[dropcap]S[/dropcap]o a bunch of early-moving hedge funds and a handful of traders rediscover the carbon rights market and turn European utilities into a casino-type wager on spot power prices?
This, in a nutshell, is what happened when the eyes of investors in the energy markets were mainly focused on oil markets. The following chart points to the strong correlation between carbon rights and the “German baseload” spot power price.
The vertical scale does not do justice to the correlation between the two curves but what happened is of epic proportions for such a dull sector as utilities.
German baseload (pink) and EU carbon rights (blue)
The German baseload rose by more than 50% since the beginning of the year and took 21% during the last month, due to two factors actually. First, the exit of coal capacity as most western European countries set out plans to exit coal-fired assets. Then, the stellar rise of carbon prices, which rose by 250% over the past twelve months, to €25 per ton.
Uneven impact on utilities
This strong increase in spot power prices is having a different impact on utilities depending on their business mix. It went unnoticed as indeed sector members do not all benefit so that the sector had not really moved (next chart)
Utilities have not reacted en masse
Higher electricity price means that players active in the Retail sector will see their margin erode as their procurement costs will increase. Similarly, Utilities with a strong exposure to coal and gas will see their generation margins decline. In our coverage, Centrica, “old SSE” and E.ON should be avoided.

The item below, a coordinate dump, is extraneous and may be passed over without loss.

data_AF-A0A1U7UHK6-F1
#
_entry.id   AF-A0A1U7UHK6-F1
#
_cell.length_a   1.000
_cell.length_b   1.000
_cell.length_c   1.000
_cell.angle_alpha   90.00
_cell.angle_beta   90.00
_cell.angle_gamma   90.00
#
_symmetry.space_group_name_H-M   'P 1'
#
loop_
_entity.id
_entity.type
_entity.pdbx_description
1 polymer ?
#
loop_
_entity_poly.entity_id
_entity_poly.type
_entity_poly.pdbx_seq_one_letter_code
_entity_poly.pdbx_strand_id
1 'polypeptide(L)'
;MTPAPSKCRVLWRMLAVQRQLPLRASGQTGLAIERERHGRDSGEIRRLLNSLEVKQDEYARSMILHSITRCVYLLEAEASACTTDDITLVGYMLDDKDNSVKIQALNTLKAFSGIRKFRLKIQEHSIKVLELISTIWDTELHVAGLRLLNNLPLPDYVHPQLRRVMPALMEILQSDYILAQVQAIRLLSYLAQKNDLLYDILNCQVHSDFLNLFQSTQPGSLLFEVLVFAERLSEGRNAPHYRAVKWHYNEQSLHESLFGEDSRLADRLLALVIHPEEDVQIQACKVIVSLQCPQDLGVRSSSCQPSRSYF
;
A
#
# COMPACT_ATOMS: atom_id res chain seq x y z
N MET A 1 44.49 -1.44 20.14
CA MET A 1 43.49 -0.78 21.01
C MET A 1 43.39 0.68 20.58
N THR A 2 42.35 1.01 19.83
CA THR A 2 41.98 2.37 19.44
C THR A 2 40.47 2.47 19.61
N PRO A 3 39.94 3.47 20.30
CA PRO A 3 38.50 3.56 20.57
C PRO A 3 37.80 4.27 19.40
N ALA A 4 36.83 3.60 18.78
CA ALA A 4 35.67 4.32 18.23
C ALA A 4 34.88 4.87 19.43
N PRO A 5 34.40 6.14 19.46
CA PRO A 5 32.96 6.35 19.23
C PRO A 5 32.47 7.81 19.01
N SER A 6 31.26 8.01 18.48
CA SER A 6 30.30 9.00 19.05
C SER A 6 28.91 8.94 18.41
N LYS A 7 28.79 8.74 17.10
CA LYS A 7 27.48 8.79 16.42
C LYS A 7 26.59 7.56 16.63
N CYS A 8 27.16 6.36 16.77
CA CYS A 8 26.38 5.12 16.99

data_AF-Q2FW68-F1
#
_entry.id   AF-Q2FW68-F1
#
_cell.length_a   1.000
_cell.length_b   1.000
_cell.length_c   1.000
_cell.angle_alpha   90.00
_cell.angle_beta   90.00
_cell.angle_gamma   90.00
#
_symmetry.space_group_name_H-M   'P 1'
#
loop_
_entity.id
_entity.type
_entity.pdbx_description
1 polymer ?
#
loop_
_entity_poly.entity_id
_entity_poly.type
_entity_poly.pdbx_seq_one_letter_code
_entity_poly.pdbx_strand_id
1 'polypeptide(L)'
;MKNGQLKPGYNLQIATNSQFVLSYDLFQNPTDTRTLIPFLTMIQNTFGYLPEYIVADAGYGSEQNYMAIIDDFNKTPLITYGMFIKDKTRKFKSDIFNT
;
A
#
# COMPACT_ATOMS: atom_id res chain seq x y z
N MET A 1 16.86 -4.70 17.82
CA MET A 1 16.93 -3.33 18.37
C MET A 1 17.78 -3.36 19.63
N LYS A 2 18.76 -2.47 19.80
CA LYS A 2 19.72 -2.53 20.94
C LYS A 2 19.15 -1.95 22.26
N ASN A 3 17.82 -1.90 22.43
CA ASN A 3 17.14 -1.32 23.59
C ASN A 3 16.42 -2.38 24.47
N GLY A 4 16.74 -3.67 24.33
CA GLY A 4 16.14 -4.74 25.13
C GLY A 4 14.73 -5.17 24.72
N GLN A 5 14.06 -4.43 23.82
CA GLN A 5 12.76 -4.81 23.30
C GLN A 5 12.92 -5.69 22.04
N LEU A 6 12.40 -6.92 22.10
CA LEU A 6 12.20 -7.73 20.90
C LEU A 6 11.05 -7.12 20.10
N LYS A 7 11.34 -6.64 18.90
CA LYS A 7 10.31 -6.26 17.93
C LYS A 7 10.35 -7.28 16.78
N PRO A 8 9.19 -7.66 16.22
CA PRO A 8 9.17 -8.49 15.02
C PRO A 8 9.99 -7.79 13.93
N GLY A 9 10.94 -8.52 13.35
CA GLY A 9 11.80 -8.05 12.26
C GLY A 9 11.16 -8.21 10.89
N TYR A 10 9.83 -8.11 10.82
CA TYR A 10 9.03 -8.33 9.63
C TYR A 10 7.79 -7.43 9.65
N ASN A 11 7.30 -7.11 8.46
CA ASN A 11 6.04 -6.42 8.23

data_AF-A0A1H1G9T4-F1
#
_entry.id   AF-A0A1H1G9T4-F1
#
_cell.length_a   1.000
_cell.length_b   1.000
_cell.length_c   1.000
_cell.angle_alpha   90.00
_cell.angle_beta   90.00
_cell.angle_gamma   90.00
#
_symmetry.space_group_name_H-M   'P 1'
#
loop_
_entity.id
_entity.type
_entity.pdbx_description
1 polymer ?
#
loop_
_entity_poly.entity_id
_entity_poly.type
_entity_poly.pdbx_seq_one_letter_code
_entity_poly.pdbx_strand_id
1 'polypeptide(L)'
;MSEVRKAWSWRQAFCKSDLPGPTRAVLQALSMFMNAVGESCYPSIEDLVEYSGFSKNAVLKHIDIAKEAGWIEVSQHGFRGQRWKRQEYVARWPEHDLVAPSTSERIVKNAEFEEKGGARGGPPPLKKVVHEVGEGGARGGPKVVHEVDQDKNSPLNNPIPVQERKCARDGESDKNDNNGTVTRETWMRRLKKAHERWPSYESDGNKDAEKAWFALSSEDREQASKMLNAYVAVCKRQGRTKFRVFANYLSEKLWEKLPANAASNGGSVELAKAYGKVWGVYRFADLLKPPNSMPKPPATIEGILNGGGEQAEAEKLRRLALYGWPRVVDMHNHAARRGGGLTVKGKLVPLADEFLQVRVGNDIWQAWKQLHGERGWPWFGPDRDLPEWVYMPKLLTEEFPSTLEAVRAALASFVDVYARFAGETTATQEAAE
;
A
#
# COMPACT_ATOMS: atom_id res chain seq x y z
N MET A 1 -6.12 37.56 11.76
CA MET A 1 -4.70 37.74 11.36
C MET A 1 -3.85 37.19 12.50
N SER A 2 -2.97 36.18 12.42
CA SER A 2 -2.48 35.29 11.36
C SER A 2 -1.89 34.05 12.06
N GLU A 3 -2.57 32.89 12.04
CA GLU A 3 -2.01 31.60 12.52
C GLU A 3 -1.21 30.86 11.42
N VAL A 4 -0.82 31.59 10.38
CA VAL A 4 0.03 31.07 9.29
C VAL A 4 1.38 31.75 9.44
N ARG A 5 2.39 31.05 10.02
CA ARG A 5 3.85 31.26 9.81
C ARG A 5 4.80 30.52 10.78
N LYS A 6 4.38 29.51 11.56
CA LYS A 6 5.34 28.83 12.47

Conversely, Utilities with an exposure to renewables and nuclear will benefit from this hike in prices as their costs will remain fixed and are independent of power prices, therefore the prices will boost their bottom lines. In our coverage, ERG, “new SSE” and Orsted, for example, have a high exposure to renewables.
All of this has to be taken with caution as winds in Q3 were exceptionally calm, meaning that the next set of results could disappoint the market. The “future RWE” will be focused on nuclear and renewables.
EDF is also well positioned given its nuclear activities. Moreover, the pressures in its Retail division will be partly offset by the fact that competitors will start to buy electricity from EDF now that wholesale prices are above the €42 level.
Fortum is certainly very well placed given that it has a 96% clean generation portfolio. The same is true for Verbund, which is exposed to the hydro and wind markets.
EDF and Fortum tango with spot power prices
Finally, highly regulated players like National Grid or Snam shouldn’t be that much impacted in the short term as their remuneration is linked to investments, inflation and depreciation mainly.
Enel and Iberdrola won’t be too much impacted given that most of their activities are regulated or semi-regulated while the two operate renewable assets to help them cope with headwinds in their retail operations.
One has to keep in mind that, first, most utilities have in general a 2-3 years hedging policy, so the increase in prices will take time before being fully reflected in the results, while the risk of seeing a correction in carbon prices shouldn’t be disregarded as many doubt that carbon is currently in a bubble. Carbon rights prices indeed tumbled of late and so did spot power prices (first chart).
The last few hours’ news that a major electricity contract trader went belly-up in Norway, nearly taking down the market with it, is also a healthy reminder that sharp price rises may have thin foundations.
There is no doubt that cutting back on coal-based generation does help baseload prices but the carbon rights catalyst may be short-lived.
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